PhD student position

Universität Innsbruck, Forschungsinstitut für Limnologie Mondsee

sucht in 
Oberösterreich

(Dienstort: Mondsee)


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The Stelzer Lab (https://www.uibk.ac.at/limno/personnel/stelzer/forschungsdetails.html and https://www.uibk.ac.at/limno/personnel/stelzer/) at the Institute for Limnology in Mondsee, Austria, has an opening for a PhD student interested in studying fundamental questions about the role of genome size variation in phenotypic adaptation, funded by the Austrian Science Funds.

Background
Eukaryotic genomes are replete with repetitive sequences and copious amounts of non-coding DNA, which are believed to offer little to no informational value. Moreover, eukaryotic genomes exhibit a remarkable range in size, spanning over five orders of magnitude. Over the past two decades, genome sequencing projects have unveiled the presence of extensive repetitive DNA elements, including transposable elements, satellite DNA, and pseudogenes. Despite ongoing efforts to sequence more genomes, crucial questions about the evolutionary mechanisms governing the abundance of repetitive DNA remain unanswered. We aim to understand why this repetitive proportion is so substantial, how it influences other genomic regions, and ultimately, how it impacts the phenotype of individuals bearing these genomes. Our research is driven by a deep fascination with these questions and focuses on exploring them from the angle of intraspecific genome size variation. Our main model organism is the rotifer Brachionus asplanchnoidis, known for its within-population GS variation that is mediated by satellite-DNA rich genomic elements.

The project
Our overarching goal is to unravel the intricate relationship between genetic and structural elements within the genome of B. asplanchnoidis and their impact on the organism's phenotype. By employing techniques like flow cytometry, whole-genome sequencing, and automated phenotyping, we aim to dissect the causes and consequences of genomic variation in this population. Through rigorous laboratory experiments, including long-term experimental evolution studies, we investigate how these genomic variations affect critical aspects such as body size, development, growth, and metabolic efficiency at both individual and population levels. Leveraging automated image analysis, we track phenotypic changes, particularly body size, throughout the evolution of these populations. Our research addresses key hypotheses concerning genome size changes, encompassing selection-based, mutational, and drift-based perspectives.

The PhD position
This PhD position is funded within an Austrian Science Funds (FWF) research project (P35916) titled "Genome Size Variation and Adaptation in Rotifers." The salary for this position will be in accordance with the FWF's guidelines, as outlined here: https://www.fwf.ac.at/en/research-funding/personnel-costs/. The selected candidate will be required to enroll at the University of Innsbruck. The funding for this position is secured for a minimum duration of three years. There will be no teaching responsibilities expected from the PhD candidate.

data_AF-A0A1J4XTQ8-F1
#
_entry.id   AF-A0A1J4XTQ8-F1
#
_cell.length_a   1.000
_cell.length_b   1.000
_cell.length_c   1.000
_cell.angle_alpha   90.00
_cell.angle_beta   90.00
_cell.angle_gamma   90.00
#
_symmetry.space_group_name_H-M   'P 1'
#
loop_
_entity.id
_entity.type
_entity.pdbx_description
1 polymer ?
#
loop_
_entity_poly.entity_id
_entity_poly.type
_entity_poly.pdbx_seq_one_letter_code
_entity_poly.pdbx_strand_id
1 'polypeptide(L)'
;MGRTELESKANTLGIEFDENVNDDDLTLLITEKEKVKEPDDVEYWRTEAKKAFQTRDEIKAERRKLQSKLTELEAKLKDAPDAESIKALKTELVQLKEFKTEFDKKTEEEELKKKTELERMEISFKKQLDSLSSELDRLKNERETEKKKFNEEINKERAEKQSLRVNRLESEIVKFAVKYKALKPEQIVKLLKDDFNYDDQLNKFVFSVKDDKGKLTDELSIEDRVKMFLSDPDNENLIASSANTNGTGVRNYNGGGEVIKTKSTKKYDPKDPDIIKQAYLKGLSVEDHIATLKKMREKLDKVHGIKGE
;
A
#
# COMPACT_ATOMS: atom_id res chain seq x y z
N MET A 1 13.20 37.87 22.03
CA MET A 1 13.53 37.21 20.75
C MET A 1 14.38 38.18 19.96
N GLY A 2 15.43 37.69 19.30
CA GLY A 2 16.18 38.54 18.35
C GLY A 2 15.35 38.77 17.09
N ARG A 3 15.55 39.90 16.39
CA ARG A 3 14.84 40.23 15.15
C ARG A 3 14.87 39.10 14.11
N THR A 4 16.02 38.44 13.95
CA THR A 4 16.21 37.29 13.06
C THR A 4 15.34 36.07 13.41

The Work Environment
The main work will be conducted at the Research Institute for Limnology in Mondsee (https://www.uibk.ac.at/limno/), which is a part of the University of Innsbruck, Austria. Courses of the PhD curriculum are either in Innsbruck or in Mondsee. Our lab and the institute provide a friendly and stimulating work environment with state-of-the-art infrastructure, expertise, and opportunities for collaboration. The Institute is situated in the charming town of Mondsee, nestled in the Salzkammergut lake district. It is located approximately 30 km east of the historic city of Salzburg and 200 km east of Innsbruck. The Salzkammergut area is renowned for its natural beauty and offers a high quality of life with exceptional opportunities for various outdoor activities. The institute boasts a dedicated team of approximately 30 staff members, including 8 research scientists, who are actively engaged in diverse research areas, particularly focusing on the evolutionary ecology of aquatic organisms.

Your Profile
We are seeking a highly motivated candidate with a strong background in evolutionary biology. An interest in combining experimental and computational work is essential. Prior experience in programming (any language), bioinformatics, and/or experimental work is a plus. We value candidates who are driven by scientific curiosity, possess a strong work ethic, can work independently, and have excellent communication and interpersonal skills. The ability to integrate and work effectively within a team is highly desirable.

Application
To apply, please send via email a letter of motivation, a CV with publication list, and contact information for two reviewers to Dr. Claus-Peter Stelzer ([email protected]).
We welcome and encourage informal inquiries before you initiate the application process.
For full consideration, please send your application by November 20, 2023.
Planned start is in Spring 2024.

References
Stelzer C.P., Pichler M., Stadler P. (2023) Genome streamlining and clonal erosion in nutrient-limited environments: a test using genome-size variable populations, Evolution, qpad144, https://doi.org/10.1093/evolut/qpad144
Stelzer C.P., Blommaert J., Waldvogel A.M., Pichler M., Hecox-Lea B., Mark Welch D.B. (2021). Comparative analysis reveals within-population genome size variation in a rotifer is driven by large genomic elements with highly abundant satellite DNA repeat elements. BMC Biology 19:206, https://doi.org/10.1186/s12915-021-01134-w
Stelzer C.P., Pichler M., Hatheuer, A. (2021). Linking genome size variation to population phenotypic variation within the rotifer Brachionus asplanchnoidis. Communications Biology 4:596, https://doi.org/10.1038/s42003-021-02131-z

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